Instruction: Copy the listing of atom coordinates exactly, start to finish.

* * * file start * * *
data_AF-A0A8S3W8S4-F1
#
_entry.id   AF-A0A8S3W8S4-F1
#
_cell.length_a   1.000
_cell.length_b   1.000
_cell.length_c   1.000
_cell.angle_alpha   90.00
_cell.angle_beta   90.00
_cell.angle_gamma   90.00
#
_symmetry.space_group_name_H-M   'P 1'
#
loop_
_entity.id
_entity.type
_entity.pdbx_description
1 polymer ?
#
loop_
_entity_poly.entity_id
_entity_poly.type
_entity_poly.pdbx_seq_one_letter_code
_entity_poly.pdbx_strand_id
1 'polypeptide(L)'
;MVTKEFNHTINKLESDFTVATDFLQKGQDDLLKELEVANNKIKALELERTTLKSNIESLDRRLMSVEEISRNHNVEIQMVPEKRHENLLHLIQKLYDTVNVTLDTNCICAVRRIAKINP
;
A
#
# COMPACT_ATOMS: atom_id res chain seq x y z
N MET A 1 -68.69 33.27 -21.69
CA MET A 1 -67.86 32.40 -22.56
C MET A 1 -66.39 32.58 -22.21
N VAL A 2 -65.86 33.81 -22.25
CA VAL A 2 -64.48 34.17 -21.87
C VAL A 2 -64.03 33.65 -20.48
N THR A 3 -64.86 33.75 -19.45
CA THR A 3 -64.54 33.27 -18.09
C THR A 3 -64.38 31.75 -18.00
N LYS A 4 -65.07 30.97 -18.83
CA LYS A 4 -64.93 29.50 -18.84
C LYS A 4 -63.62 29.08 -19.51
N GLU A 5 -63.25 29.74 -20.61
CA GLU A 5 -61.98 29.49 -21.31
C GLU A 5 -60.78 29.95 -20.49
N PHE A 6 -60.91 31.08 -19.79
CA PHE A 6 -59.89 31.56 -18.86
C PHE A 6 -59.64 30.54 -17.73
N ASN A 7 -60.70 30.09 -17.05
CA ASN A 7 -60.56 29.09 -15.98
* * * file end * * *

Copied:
data_AF-A0A8S3W8S4-F1
#
_entry.id   AF-A0A8S3W8S4-F1
#
_cell.length_a   1.000
_cell.length_b   1.000
_cell.length_c   1.000
_cell.angle_alpha   90.00
_cell.angle_beta   90.00
_cell.angle_gamma   90.00
#
_symmetry.space_group_name_H-M   'P 1'
#
loop_
_entity.id
_entity.type
_entity.pdbx_description
1 polymer ?
#
loop_
_entity_poly.entity_id
_entity_poly.type
_entity_poly.pdbx_seq_one_letter_code
_entity_poly.pdbx_strand_id
1 'polypeptide(L)'
;MVTKEFNHTINKLESDFTVATDFLQKGQDDLLKELEVANNKIKALELERTTLKSNIESLDRRLMSVEEISRNHNVEIQMVPEKRHENLLHLIQKLYDTVNVTLDTNCICAVRRIAKINP
;
A
#
# COMPACT_ATOMS: atom_id res chain seq x y z
N MET A 1 -68.69 33.27 -21.69
CA MET A 1 -67.86 32.40 -22.56
C MET A 1 -66.39 32.58 -22.21
N VAL A 2 -65.86 33.81 -22.25
CA VAL A 2 -64.48 34.17 -21.87
C VAL A 2 -64.03 33.65 -20.48
N THR A 3 -64.86 33.75 -19.45
CA THR A 3 -64.54 33.27 -18.09
C THR A 3 -64.38 31.75 -18.00
N LYS A 4 -65.07 30.97 -18.83
CA LYS A 4 -64.93 29.50 -18.84
C LYS A 4 -63.62 29.08 -19.51
N GLU A 5 -63.25 29.74 -20.61
CA GLU A 5 -61.98 29.49 -21.31
C GLU A 5 -60.78 29.95 -20.49
N PHE A 6 -60.91 31.08 -19.79
CA PHE A 6 -59.89 31.56 -18.86
C PHE A 6 -59.64 30.54 -17.73
N ASN A 7 -60.70 30.09 -17.05
CA ASN A 7 -60.56 29.09 -15.98